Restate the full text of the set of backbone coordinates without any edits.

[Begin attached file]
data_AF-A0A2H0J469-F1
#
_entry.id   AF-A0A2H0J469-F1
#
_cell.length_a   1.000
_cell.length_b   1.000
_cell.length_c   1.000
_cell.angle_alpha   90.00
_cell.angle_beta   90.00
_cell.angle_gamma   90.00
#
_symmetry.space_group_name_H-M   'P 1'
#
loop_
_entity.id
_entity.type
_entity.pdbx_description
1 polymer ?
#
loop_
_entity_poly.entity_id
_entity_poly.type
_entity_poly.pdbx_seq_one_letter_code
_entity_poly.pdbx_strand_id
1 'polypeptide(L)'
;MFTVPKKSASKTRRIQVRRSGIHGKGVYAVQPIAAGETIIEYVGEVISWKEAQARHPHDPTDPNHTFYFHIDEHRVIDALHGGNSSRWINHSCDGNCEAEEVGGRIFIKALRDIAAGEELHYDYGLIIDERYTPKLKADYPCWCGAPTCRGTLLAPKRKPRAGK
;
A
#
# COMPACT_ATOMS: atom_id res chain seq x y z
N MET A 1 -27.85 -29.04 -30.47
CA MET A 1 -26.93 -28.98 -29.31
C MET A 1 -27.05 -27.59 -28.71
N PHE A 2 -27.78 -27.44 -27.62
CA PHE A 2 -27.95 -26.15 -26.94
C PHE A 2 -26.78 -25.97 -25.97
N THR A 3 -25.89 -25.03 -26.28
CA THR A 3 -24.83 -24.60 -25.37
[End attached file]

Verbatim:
data_AF-A0A2H0J469-F1
#
_entry.id   AF-A0A2H0J469-F1
#
_cell.length_a   1.000
_cell.length_b   1.000
_cell.length_c   1.000
_cell.angle_alpha   90.00
_cell.angle_beta   90.00
_cell.angle_gamma   90.00
#
_symmetry.space_group_name_H-M   'P 1'
#
loop_
_entity.id
_entity.type
_entity.pdbx_description
1 polymer ?
#
loop_
_entity_poly.entity_id
_entity_poly.type
_entity_poly.pdbx_seq_one_letter_code
_entity_poly.pdbx_strand_id
1 'polypeptide(L)'
;MFTVPKKSASKTRRIQVRRSGIHGKGVYAVQPIAAGETIIEYVGEVISWKEAQARHPHDPTDPNHTFYFHIDEHRVIDALHGGNSSRWINHSCDGNCEAEEVGGRIFIKALRDIAAGEELHYDYGLIIDERYTPKLKADYPCWCGAPTCRGTLLAPKRKPRAGK
;
A
#
# COMPACT_ATOMS: atom_id res chain seq x y z
N MET A 1 -27.85 -29.04 -30.47
CA MET A 1 -26.93 -28.98 -29.31
C MET A 1 -27.05 -27.59 -28.71
N PHE A 2 -27.78 -27.44 -27.62
CA PHE A 2 -27.95 -26.15 -26.94
C PHE A 2 -26.78 -25.97 -25.97
N THR A 3 -25.89 -25.03 -26.28
CA THR A 3 -24.83 -24.60 -25.37